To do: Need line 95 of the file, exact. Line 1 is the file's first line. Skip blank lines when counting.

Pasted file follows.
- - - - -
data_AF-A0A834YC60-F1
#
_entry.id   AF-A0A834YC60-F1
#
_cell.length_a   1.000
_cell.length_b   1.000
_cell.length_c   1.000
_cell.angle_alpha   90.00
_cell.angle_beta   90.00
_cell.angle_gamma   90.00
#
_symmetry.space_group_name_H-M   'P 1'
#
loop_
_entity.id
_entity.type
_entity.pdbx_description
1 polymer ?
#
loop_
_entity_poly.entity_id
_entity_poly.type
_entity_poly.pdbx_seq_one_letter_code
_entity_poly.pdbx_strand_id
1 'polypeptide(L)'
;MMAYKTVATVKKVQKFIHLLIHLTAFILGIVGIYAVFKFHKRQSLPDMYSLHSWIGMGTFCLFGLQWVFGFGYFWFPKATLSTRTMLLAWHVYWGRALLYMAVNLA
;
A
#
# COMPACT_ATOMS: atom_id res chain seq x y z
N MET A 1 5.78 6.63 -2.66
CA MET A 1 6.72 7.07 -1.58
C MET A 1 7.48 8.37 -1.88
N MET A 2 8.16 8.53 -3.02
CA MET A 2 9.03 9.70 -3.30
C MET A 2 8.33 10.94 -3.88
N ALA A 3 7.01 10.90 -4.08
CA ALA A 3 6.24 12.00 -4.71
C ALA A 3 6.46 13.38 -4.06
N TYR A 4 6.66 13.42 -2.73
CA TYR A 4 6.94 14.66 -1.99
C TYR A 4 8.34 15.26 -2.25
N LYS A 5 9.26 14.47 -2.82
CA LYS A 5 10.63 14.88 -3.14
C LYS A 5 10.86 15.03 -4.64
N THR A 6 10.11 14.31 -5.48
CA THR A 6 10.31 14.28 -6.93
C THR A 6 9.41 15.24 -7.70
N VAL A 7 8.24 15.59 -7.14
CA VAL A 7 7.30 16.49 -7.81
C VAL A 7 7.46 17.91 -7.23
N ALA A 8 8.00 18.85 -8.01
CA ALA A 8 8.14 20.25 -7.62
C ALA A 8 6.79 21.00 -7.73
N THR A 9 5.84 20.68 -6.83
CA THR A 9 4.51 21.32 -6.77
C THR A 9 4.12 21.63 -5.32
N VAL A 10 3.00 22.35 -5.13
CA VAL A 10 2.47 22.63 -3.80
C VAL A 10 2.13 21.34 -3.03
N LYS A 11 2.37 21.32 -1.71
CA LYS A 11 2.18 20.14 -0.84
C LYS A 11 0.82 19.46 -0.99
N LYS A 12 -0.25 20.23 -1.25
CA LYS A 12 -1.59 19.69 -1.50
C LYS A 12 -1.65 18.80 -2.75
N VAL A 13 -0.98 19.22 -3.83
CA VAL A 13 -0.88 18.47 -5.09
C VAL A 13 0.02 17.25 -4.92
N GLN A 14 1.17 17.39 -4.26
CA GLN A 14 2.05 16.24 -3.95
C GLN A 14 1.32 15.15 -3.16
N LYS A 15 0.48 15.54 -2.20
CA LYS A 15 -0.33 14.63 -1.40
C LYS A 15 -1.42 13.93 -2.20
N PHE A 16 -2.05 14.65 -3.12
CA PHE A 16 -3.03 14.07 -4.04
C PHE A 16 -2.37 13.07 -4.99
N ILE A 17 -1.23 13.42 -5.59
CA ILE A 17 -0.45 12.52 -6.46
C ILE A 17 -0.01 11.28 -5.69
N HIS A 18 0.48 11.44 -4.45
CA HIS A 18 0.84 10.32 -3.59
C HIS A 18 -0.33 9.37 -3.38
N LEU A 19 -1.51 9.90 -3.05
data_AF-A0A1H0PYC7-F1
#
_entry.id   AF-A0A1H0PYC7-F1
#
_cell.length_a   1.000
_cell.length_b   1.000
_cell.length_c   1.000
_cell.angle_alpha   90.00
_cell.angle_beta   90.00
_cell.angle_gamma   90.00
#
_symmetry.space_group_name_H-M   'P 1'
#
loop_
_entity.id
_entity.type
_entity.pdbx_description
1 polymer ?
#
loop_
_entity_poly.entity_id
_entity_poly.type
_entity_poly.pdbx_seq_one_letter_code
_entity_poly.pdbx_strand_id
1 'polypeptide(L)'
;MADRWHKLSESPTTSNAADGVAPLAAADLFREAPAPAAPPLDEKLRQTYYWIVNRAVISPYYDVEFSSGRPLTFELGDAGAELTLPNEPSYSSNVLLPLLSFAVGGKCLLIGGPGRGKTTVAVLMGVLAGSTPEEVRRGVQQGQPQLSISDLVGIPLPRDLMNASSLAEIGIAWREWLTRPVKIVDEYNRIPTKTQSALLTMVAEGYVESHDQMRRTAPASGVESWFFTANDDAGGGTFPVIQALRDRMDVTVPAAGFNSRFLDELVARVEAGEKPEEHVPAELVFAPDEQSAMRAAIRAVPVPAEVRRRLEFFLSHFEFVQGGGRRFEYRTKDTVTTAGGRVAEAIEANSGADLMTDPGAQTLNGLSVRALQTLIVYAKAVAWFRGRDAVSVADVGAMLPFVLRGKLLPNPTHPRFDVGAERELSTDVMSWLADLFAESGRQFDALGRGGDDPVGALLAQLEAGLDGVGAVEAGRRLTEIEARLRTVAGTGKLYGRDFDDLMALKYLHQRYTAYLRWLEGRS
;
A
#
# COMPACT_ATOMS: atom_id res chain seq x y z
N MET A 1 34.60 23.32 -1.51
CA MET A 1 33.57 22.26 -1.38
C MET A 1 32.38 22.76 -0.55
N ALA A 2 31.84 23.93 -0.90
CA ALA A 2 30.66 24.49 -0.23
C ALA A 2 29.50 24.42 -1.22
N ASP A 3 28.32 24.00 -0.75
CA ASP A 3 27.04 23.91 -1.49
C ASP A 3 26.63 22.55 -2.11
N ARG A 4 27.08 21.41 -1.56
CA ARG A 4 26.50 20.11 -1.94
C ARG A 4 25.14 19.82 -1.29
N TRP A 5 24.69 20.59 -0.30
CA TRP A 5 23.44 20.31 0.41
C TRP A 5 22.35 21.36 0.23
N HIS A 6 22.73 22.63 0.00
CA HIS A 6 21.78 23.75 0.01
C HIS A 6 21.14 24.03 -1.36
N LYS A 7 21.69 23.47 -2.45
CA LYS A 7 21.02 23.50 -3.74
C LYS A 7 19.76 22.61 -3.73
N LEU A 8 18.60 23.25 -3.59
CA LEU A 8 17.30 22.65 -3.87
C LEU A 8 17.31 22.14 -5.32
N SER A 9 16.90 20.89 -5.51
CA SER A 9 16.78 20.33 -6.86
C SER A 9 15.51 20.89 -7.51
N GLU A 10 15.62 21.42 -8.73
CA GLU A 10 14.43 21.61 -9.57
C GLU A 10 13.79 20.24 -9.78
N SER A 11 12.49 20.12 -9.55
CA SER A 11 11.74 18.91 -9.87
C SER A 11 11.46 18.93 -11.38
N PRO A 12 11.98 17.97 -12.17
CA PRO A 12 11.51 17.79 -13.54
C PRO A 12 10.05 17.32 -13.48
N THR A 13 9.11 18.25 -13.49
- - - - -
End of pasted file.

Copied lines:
_cell.angle_gamma   90.00